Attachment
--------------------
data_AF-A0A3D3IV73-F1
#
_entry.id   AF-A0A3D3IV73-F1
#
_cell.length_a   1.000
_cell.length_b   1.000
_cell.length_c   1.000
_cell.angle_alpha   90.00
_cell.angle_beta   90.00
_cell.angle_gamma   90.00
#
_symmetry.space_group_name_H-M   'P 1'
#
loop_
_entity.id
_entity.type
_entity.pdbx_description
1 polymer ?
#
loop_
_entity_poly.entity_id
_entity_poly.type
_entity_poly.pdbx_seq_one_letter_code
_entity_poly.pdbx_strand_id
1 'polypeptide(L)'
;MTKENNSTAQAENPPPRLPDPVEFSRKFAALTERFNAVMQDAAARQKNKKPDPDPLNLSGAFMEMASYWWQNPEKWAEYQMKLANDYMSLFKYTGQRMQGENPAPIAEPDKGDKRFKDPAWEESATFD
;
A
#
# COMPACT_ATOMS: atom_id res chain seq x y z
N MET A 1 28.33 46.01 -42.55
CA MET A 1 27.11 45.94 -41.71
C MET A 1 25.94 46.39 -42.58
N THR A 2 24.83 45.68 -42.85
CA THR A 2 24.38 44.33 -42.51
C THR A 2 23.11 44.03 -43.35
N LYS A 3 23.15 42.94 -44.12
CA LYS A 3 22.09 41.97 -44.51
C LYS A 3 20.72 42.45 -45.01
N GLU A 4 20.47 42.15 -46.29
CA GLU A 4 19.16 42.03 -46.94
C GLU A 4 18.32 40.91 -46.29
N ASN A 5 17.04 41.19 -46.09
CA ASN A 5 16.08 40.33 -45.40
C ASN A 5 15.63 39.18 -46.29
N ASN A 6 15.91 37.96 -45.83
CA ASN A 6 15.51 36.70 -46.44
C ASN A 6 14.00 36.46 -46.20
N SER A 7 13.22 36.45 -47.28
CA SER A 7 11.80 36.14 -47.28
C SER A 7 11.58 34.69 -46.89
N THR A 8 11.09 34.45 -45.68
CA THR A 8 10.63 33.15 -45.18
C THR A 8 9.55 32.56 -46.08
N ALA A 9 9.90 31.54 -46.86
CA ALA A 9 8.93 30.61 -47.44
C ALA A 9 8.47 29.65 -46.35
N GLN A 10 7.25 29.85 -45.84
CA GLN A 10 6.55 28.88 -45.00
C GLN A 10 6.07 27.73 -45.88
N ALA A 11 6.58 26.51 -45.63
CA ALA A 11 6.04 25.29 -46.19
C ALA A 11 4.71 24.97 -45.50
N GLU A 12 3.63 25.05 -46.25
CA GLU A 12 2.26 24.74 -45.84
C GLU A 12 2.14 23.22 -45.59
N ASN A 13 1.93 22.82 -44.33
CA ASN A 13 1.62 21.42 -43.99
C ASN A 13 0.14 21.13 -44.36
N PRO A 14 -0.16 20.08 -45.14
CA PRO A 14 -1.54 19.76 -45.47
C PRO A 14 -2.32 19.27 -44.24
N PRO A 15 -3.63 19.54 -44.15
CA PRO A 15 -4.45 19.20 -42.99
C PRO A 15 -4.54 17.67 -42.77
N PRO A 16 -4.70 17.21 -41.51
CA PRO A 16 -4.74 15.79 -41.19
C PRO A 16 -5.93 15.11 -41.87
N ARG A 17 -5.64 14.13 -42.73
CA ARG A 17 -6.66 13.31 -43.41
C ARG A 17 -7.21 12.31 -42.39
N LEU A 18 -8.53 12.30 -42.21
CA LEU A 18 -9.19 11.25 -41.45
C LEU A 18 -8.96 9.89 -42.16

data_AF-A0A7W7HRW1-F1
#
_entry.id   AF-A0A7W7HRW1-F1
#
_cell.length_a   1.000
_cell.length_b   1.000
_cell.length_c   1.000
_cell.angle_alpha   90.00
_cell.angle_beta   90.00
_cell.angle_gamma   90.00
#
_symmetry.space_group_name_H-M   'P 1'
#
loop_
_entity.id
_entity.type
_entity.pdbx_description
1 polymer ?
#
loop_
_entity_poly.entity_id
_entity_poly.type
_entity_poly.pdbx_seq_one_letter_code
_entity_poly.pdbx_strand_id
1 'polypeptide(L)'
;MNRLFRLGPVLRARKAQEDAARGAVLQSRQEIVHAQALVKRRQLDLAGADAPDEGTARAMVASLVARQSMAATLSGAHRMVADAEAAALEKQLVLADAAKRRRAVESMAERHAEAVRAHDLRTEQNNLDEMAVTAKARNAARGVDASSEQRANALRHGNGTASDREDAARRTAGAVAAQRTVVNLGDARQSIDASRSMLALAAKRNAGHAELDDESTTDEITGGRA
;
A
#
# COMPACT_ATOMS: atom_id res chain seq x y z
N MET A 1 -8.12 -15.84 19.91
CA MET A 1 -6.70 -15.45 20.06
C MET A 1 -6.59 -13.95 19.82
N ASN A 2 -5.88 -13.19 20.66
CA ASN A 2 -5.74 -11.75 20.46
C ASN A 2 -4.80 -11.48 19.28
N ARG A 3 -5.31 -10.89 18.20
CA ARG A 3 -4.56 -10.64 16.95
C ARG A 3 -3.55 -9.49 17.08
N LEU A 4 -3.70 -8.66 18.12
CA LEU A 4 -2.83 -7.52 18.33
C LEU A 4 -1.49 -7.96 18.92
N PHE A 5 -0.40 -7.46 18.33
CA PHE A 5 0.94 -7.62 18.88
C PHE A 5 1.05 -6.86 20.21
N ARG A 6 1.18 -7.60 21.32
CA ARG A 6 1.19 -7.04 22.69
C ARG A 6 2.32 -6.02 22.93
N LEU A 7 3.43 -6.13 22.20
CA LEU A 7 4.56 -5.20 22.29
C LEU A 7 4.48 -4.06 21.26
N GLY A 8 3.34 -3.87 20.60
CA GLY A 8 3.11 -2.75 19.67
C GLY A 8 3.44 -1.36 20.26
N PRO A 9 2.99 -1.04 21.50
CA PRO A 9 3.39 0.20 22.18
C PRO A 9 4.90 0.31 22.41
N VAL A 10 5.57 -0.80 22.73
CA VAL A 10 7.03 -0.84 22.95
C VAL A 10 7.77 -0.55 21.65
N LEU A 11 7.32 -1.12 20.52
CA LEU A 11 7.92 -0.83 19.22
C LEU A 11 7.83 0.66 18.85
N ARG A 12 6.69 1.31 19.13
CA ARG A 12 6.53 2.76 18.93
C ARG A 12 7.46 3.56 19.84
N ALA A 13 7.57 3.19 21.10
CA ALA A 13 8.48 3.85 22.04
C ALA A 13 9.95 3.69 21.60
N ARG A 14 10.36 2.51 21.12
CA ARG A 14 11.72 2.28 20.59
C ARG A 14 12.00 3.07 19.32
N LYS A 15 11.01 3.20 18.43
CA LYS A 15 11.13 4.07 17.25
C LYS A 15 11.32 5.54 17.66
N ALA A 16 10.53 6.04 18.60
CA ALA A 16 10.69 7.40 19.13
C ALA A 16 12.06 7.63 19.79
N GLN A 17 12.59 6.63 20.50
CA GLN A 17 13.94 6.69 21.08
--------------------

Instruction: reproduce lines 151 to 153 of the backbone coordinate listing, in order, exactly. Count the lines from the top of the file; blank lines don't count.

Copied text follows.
N ALA A 13 7.57 3.19 21.10
CA ALA A 13 8.48 3.85 22.04
C ALA A 13 9.95 3.69 21.60